But, what if Nicholson hadn’t reversed field in time?

What if he had fully abandoned his zone in anticipation of Carr throwing to the right side of the offense?

Well, Cooper had a couple of yards of separation on Baushaud Breeland.

  • It’s possible that Cooper might have dropped the ball (he’s got 6 drops on the season, if I understood Collinsworth correctly).
  • It’s possible that Breeland would have tackled him for “just” a 40 yard gain to open the game.
  • It’s also possible that Cooper might have be able to ... go ... all ... the ... way.

We’ll never know, because the rookie did make the play, came down with the interception, and drove the first dagger thrust into the heart of the Raiders offense.

The Raiders never recovered.

More than one hightlight from our rookie safety

Nicholson made the highlight reel again later, when he separated Michael Crabtree from the ball legally, but violently. This is how safeties are supposed to play.

But being a difference make isn’t simply about making the stat sheet or the highlight reel with a couple of gaudy plays.

Nicholson responds to pressure

Nicholson also stands out because, when he was taken in the 4th round of this year’s draft, no one was really sure when he’d be healthy enough to play. Also, a lot of scouting reports called him “soft”.

Because of injury, he got very little off season work aside from the infamous “mental reps” that are so important to the development of players who are injured and unable to practice.

With limited preparation, it was expected coming out of pre-season that Nicholson would probably play behind Su’a Cravens and Deshazor Everett. But, of course, Cravens shocked us all with his sudden decision to retire at age 22, followed by the team placing him on the reserve list, effectively mothballing him for a year.

Suddenly, Nicholson finds himself on the field in the first series against the Oakland high-powered offense on Sunday Night Football.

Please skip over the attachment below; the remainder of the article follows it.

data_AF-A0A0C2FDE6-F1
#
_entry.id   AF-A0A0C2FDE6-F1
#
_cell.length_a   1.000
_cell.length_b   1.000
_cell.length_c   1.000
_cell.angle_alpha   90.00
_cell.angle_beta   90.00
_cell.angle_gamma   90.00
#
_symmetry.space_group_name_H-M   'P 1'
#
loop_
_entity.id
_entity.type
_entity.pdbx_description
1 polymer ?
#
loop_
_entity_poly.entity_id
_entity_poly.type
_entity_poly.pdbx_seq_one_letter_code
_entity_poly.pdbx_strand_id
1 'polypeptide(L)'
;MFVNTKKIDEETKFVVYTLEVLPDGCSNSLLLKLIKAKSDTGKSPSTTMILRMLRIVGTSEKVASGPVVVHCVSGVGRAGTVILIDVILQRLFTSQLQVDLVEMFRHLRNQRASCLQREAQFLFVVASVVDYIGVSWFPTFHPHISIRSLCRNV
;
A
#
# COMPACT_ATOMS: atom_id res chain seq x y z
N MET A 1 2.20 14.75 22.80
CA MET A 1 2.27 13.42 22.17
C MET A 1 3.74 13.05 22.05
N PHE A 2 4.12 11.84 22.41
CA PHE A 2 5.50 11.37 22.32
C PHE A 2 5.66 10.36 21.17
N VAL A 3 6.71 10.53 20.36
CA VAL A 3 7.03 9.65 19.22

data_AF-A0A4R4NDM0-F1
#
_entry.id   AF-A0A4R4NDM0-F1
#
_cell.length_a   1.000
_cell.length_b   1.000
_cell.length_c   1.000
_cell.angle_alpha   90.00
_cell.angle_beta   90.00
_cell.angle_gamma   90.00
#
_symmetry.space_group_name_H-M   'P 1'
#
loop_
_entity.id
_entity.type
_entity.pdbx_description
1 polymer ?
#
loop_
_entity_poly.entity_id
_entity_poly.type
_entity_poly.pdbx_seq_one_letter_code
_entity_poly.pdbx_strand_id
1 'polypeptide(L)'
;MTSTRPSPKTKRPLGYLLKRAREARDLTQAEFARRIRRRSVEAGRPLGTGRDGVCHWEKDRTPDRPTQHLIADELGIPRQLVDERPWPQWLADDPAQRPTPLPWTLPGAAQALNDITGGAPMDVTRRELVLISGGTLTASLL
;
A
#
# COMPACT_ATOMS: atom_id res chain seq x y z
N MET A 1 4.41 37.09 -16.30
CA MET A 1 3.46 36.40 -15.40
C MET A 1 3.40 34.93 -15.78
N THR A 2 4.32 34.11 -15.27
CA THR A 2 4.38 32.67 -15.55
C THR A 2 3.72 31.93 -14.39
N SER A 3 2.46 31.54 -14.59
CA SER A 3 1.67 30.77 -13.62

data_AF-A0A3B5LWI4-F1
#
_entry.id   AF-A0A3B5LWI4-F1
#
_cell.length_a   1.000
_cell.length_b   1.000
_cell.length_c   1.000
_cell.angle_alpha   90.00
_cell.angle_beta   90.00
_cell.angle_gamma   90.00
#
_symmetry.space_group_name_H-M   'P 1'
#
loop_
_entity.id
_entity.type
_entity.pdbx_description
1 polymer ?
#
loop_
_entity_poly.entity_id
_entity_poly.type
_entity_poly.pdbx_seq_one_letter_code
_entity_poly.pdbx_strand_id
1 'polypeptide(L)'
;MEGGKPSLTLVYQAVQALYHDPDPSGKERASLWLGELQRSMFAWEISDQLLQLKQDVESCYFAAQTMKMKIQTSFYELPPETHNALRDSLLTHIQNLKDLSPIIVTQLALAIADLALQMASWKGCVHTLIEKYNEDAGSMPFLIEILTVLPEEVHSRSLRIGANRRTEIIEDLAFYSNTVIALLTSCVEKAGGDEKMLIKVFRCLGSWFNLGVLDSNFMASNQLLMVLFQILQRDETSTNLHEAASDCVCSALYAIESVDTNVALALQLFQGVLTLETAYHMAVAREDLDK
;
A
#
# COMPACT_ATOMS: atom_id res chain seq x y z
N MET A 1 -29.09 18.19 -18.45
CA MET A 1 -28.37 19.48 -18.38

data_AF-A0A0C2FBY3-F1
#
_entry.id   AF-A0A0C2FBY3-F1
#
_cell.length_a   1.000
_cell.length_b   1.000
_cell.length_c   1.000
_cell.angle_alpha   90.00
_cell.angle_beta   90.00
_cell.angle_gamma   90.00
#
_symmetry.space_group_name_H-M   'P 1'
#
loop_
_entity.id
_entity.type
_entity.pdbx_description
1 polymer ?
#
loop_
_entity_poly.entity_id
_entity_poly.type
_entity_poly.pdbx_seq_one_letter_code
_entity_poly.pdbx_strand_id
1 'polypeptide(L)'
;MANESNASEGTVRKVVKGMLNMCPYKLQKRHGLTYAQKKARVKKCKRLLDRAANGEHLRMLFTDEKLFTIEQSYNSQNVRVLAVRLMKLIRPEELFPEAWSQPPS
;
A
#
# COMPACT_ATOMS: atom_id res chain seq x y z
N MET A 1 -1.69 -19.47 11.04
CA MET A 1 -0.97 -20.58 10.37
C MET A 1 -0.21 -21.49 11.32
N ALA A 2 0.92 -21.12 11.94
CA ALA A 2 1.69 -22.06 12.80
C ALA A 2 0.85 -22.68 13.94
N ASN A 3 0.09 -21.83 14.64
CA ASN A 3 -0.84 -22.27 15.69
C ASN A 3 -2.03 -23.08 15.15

That’s pressure.

It would have been easy to understand if Nicholson had broken under the pressure.

Had Nicholson taken a few more steps across the field, and been unable to make a play on the ball at the beginning of the game, the call from Chris Collinsworth would have been very different. Collinsworth might’ve sounded like this:

“You can see that Cooper runs past Breeland, who is expecting help over the top, but it isn’t there. Nicholson was watching Carr, and left his area of responsibility to go where he thought Carr was gonna pass it. Carr moved the safety with his eyes, and without that help over the top, Breeland isn’t in position to make a play on the ball. In this league they say, “if you’re even, you’re leavin’”, and you can see Cooper just run away from Breeland, then run under this ball thrown so beautifully by Derek Carr. Cooper just has to keep running, which he does, and because Montae Nicholson didn’t just do his job, now the Raiders have the momentum and a big first down deep inside the Redskins territory. The rookie will learn from this mistake, but that doesn’t help this Redskin defense right now. They’re dug in a hole, and they’ll be lucky if they can hold Oakland to a field goal here to start the game.”

Instead, Nicholson did his job; he made the play, and this week Redskins fans are celebrating the physical and emotional domination of a very talented Raiders team.

Nicholson, in my opinion, was the difference-maker of the week against the Raiders for doing his job, and getting the INT against the Raiders to open the game.

I’ll be bringing the local stone carver to my home here in Bangkok to chisel Motae’s name and stats into the weekly difference-maker winner’s wall in my condo, right below Chris Thompson, last week’s difference maker. I’ll need to remember to take a picture of that and post it later.


Which Redskin (individual or position group) will be most critical to the outcome of the game against the Chiefs?

This poll is closed

  • 5%
    Jay Gruden
    (15 votes)
  • 20%
    Kirk Cousins
    (57 votes)
  • 1%
    Rob Kelley
    (4 votes)
  • 1%
    Josh Doctson
    (5 votes)
  • 0%
    Terrelle Pryor
    (2 votes)
  • 0%
    Ryan Grant
    (1 vote)
  • 0%
    Jordan Reed/Vernon Davis
    (2 votes)
  • 6%
    Chris Thompson
    (17 votes)
  • 0%
    Dustin Hopkins
    (1 vote)
  • 1%
    Jamison Crowder
    (4 votes)
  • 7%
    Edge Rushers
    (22 votes)
  • 38%
    Interior Defensive Line
    (107 votes)
  • 7%
    Zach Brown
    (20 votes)
  • 7%
    CBs & Safeties
    (21 votes)
  • 0%
    Tress Way
    (2 votes)
280 votes total Vote Now